(musth1) Tonic, Dominant, and Principles of Prolongation

Scale Degree Tendencies in the Dominant Harmony

It is important to think about the scale degrees present in any harmony. For the dominant triad you have scale degrees 5, 7, and 2. The leading tone (7) strongly wants to resolve to tonic (1). The supertonic (2) also wants to resolve to either tonic (1) or the mediant (3).

I – V – I, and Principles of Prolongation

Harmonies can group together to extend, or prolong, the function of a chord class. I – V – I happens a lot at the beginnings of phrases to prolong the opening tonic. In this way, the dominant harmony serves in an auxiliary way to the tonic harmony, embellishing it. We can think of this embellishment in terms that draw on our past species counterpoint experience as we refer to the outer voice movement – in this case, the soprano movement. In tonic prolongations we can refer to the soprano movement as consisting of specific non-chord tone (NCT) movements. (In minor, scale degree 7 is always raised to form the leading tone.)

  • Lower Neighbor Note Progression (LN): Soprano moves 1 – 7 – 1.
  • Passing Tone Progression (PT): 3 – 2 – 1.
  • Upper Neighbor Note Progression (UN): 1 – 2 – 1.
  • Incomplete Neighbor Progression (IN): 3 – 7 – 1.

Voice Leading Issues

The lower neighbor and incomplete neighbor progressions move according to the principles we have been studying. The roots area fifth apart, so there will be one common tone between chords. Keep the common tone in the same voice throughout the three-chord progression, and move the other voices as smoothly as possible to the nearest chord tones. All chords will have doubled roots, and will be complete triads.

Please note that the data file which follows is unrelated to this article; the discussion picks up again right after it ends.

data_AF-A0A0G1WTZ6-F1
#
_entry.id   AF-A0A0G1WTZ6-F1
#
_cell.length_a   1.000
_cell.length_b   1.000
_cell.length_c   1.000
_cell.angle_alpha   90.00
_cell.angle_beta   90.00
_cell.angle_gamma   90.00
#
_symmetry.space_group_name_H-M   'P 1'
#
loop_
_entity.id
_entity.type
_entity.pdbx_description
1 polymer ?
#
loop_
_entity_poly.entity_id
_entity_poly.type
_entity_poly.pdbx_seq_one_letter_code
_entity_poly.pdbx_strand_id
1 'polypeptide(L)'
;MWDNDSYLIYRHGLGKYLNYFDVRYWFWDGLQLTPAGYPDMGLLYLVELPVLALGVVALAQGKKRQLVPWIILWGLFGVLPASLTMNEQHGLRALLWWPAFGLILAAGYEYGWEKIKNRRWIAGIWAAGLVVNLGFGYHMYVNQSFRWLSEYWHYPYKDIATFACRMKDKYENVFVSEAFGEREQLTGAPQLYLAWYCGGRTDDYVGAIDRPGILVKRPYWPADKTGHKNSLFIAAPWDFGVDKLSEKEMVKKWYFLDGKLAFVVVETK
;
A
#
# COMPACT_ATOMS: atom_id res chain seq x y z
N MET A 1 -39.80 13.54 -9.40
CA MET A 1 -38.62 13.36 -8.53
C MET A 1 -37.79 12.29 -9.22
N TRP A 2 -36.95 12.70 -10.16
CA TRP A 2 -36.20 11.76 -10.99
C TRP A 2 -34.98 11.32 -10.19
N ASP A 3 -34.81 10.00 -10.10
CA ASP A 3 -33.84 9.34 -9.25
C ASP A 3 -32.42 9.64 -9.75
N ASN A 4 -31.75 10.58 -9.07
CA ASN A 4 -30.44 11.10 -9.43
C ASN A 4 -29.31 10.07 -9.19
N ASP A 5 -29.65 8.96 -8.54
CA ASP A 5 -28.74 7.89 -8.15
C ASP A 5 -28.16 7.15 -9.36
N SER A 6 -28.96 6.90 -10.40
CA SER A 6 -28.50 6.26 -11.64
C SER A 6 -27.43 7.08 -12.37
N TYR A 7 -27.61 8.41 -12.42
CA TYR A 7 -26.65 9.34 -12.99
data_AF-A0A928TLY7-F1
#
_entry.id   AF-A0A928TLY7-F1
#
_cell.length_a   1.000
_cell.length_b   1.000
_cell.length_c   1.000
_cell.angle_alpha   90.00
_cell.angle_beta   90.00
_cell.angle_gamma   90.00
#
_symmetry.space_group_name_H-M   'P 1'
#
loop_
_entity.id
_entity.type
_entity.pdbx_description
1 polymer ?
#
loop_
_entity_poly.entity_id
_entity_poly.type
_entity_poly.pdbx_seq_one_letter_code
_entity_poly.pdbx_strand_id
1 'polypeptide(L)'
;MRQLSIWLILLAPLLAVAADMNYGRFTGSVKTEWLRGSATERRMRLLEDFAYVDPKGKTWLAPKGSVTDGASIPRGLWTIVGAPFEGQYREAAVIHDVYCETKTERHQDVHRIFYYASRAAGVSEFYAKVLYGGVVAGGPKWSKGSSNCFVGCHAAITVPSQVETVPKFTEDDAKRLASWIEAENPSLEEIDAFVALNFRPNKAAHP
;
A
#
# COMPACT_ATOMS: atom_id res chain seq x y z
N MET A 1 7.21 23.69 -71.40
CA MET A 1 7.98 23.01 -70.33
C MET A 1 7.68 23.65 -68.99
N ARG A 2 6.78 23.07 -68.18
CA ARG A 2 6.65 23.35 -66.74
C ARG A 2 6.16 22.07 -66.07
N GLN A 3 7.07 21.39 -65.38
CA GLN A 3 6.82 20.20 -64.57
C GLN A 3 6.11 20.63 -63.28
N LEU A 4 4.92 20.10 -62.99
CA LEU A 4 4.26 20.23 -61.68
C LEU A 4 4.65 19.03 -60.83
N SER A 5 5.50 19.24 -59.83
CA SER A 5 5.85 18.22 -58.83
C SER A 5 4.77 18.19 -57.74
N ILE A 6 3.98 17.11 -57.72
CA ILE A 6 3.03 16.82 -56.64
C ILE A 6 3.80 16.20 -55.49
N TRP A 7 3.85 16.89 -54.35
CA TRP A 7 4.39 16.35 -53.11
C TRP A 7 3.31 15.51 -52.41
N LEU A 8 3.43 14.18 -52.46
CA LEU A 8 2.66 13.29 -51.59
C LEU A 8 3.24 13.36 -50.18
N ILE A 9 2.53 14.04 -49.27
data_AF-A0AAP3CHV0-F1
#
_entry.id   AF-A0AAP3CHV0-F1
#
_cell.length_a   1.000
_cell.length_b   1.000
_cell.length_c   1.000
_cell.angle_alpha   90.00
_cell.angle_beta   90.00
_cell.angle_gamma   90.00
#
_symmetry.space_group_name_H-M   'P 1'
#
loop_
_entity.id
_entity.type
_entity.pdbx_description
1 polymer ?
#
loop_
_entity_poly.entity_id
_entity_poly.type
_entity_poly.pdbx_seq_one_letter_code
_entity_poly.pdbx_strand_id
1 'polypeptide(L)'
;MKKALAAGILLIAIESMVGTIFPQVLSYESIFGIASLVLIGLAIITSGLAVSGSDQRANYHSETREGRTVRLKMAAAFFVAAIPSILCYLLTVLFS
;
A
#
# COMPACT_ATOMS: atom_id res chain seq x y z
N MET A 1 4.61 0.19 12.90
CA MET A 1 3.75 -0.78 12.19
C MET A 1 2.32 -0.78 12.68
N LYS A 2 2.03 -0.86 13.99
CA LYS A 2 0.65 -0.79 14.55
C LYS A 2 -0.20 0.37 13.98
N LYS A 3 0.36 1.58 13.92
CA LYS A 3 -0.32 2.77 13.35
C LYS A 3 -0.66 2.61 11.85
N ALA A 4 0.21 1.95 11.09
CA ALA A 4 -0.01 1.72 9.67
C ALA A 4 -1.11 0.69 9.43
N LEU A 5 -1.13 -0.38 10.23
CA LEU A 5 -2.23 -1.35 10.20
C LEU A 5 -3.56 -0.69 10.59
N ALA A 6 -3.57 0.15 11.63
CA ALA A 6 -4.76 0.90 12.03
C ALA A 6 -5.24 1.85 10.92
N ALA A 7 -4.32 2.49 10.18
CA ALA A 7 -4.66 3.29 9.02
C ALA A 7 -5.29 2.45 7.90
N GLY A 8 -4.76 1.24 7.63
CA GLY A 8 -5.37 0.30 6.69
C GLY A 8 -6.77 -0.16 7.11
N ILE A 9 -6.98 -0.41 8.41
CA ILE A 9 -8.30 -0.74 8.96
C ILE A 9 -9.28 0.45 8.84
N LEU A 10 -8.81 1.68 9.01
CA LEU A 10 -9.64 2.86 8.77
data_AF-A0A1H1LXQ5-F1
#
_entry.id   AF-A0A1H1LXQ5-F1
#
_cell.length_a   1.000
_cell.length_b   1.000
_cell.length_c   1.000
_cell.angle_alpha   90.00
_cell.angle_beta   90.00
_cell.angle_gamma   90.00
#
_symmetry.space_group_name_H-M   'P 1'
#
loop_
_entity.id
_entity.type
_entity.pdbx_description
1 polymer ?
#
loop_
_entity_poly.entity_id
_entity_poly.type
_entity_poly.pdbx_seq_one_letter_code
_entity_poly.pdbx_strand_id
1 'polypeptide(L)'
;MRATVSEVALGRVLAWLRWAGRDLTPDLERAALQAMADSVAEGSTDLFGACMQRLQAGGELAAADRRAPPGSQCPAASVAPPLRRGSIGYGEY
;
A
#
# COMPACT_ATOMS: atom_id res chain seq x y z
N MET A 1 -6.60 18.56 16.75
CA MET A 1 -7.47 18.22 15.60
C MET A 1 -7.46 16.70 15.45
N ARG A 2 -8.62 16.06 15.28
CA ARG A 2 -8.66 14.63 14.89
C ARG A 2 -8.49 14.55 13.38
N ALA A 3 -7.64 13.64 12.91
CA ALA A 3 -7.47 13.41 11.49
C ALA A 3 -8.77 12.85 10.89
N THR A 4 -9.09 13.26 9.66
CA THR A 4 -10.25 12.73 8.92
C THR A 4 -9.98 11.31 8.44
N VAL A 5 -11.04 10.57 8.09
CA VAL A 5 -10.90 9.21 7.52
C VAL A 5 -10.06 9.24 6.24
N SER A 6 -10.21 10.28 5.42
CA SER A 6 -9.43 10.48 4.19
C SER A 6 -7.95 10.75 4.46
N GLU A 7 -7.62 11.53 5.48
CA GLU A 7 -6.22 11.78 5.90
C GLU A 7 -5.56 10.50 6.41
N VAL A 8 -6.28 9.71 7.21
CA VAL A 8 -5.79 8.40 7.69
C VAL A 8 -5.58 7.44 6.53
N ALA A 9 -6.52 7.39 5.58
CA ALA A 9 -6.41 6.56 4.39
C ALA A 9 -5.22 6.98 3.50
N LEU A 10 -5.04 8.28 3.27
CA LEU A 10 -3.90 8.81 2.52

Both the passing tone and upper neighbor progressions have slight issues to deal with. To move from V to I with complete triads, scale degree 2 in the dominant needs to move to scale degree 3 in the tonic resolution. Since both progressions have soprano lines that move 2 to 1, you can not use our standard voice leading techniques. In both of these cases, resolving the leading tone leads to a tripled root. This is ok. If the common tone remains in the same voice from V – I, then you will not have a third in the tonic triad. This is not ok. Drop the upper-voice 5 in the dominant down to 3 in the tonic.

All of these examples are in the book on p. 161.

Frustrating the Leading Tone

It is possible in some cases to not resolve the leading tone to tonic, resulting in a frustrated leading tone. The book, like most, is wishy on this. For now, I’d like to maintain some rigor and offer only one possibility for this. The leading tone can be frustrated if an adjacent upper voice (the voice above it) moves to the tonic resolution at pitch (not in another octave). On p. 161, see example 2.2F. Example 2.2E shows a frustrated leading tone without same pitch resolution. AVOID THIS FOR NOW.

If the leading tone is frustrated, it drops down a major third to scale degree 5 in the tonic harmony. It can not go anywhere else!


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